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Freedom in American Education


• Dave Myslinski

“If a nation expects to be ignorant and free, in a state of civilization, it expects what never was and never will be.” – Thomas Jefferson

Today we celebrate that, 238 years ago, our nation’s founders declared our independence, laying the foundation of our country. By signing The Declaration of Independence, 56 brave men stood up to an unresponsive and oppressive government that stripped Americans of basic rights and kept them as pawns under military control, and formally began their fight to create a new government, one created by and for the people, with the foundational principles of freedom and liberty. The risk was great—the penalty for this treasonous action against King George III would be death—but, as Patrick Henry passionately declared, “give me liberty or give me death.”

All too often, parents and their children face similar struggles in schools. Parents know how important it is for their children to receive a quality education, but they are ignored by an unresponsive and oppressive school system. And in attempts to provide the best education possible to their children, parents face risks of their own. Across the country, parents have been jailed for sending their children to better schools—but they know it’s worth the risk.

Students are lumped together by age and lack the freedom to experience a customized education. They are shuffled through the system, oftentimes lacking the foundational skill of literacy, setting those children up for a failed future. And teachers are forced to lecture to the average in their classes instead of harnessing the power of technology to amplify their work, bringing their expertise to each student.

Education needs its own Independence Day. As Thomas Jefferson wrote, “whenever any Form of Government becomes destructive of these ends, it is the Right of the People to alter or to abolish it, and to institute new Government, laying its foundation on such principles and organizing its powers in such form, as to them shall seem most likely to effect their Safety and Happiness … Such has been the patient sufferance of these Colonies; and such is now the necessity which constrains them to alter their former Systems of Government. The history of the present King of Great Britain is a history of repeated injuries and usurpations, all having in direct object the establishment of an absolute Tyranny over these States…”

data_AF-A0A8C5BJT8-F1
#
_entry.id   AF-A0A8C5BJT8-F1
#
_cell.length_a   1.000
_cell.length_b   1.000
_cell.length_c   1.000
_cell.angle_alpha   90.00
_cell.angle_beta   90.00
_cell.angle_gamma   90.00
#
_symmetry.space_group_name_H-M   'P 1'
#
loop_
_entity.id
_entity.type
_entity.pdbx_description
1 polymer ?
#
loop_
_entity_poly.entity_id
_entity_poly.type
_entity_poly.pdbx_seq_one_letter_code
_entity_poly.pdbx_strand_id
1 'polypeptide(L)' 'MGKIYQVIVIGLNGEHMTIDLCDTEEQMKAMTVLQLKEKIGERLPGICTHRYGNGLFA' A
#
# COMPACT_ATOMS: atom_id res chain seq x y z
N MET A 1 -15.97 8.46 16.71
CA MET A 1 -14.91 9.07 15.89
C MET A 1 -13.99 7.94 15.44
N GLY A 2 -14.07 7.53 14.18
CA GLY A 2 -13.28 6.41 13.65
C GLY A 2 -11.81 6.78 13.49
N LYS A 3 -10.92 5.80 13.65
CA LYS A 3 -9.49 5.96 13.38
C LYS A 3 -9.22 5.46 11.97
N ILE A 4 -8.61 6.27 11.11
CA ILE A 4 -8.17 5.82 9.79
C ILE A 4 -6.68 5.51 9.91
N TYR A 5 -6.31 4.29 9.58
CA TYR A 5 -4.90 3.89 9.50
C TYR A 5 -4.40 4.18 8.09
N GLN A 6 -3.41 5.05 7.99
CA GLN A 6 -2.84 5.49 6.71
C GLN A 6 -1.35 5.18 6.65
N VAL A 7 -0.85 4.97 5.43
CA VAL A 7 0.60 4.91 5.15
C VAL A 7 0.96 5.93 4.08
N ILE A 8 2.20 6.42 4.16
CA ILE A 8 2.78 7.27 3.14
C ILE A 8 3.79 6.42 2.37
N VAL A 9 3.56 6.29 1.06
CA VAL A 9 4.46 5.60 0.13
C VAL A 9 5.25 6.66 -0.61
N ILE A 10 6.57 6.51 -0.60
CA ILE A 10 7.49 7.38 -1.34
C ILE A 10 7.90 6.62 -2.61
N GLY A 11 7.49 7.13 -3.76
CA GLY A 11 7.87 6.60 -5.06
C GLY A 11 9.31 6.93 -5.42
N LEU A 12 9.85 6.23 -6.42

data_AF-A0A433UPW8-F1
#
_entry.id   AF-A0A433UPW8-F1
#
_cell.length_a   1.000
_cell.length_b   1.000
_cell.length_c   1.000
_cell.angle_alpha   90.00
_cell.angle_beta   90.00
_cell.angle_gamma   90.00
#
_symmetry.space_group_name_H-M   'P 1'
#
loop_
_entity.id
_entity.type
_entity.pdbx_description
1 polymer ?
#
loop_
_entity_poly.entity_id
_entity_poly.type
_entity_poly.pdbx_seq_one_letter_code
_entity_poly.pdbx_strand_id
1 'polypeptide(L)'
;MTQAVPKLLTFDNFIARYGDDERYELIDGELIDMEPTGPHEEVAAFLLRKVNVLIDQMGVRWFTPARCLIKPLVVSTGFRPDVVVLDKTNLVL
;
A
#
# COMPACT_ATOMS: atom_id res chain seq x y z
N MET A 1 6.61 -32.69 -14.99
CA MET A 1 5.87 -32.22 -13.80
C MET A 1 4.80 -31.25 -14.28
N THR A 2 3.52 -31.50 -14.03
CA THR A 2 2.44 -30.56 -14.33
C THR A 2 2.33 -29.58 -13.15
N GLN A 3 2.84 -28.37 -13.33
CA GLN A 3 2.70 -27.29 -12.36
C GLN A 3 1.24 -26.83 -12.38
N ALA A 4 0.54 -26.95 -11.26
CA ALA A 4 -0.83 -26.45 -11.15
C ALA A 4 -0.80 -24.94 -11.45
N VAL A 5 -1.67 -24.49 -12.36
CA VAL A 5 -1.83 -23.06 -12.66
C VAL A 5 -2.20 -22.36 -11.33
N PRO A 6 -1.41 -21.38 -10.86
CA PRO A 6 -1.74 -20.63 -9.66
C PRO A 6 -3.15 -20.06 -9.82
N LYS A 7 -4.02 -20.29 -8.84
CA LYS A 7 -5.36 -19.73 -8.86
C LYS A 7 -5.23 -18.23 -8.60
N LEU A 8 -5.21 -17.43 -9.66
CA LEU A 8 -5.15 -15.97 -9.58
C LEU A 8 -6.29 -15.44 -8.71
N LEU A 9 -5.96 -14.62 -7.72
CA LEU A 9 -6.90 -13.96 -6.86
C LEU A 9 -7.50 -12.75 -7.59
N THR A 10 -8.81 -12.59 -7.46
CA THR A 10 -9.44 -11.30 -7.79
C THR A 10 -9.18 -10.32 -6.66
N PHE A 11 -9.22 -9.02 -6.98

So with apologies to our Founding Fathers, Education’s Independence Day declares the following:

  • Parents need freedom from being forced to send their children to government-zoned schools.
  • Parents need the freedom to send their children to schools of their choice.
  • Children deserve the freedom to access the best educational opportunities available, regardless of location.
  • Children need the freedom that education provides, instead of being weighed down by the shackles of ignorance.
  • Teachers need to be free to structure their classes in ways that reflect the needs of individual students.

Our Founding Fathers understood the importance of education. They knew education was the key not just for personal prosperity, but for a free society. For the future of our country, we need to ensure our education system is responsive to the needs of who it’s intended to serve: students.

 

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About the author


Dave Myslinski

Dave@excelined.org

Dave Myslinski serves as a Communications Specialist for the Foundation for Excellence in Education, and was the State Policy Director for Digital Learning Now, focusing on digital education policies across all 50 states. Prior to joining the Foundation, he served as the Education Task Force Director at the American Legislative Exchange Council, where he focused on digital learning, K-12 education reform, and higher education policies on the state level. He is a coauthor of the Report Card on American Education: Ranking State K-12 Performance, Progress and Reform for ALEC, and currently serves on its Education Task Force Executive Committee and is a Vice-Chair of the Digital Learning Subcommittee. Dave has previously worked on state policies relating to health care and telecommunications. He is a graduate of Rutgers University. Contact Dave at Dave@excelined.org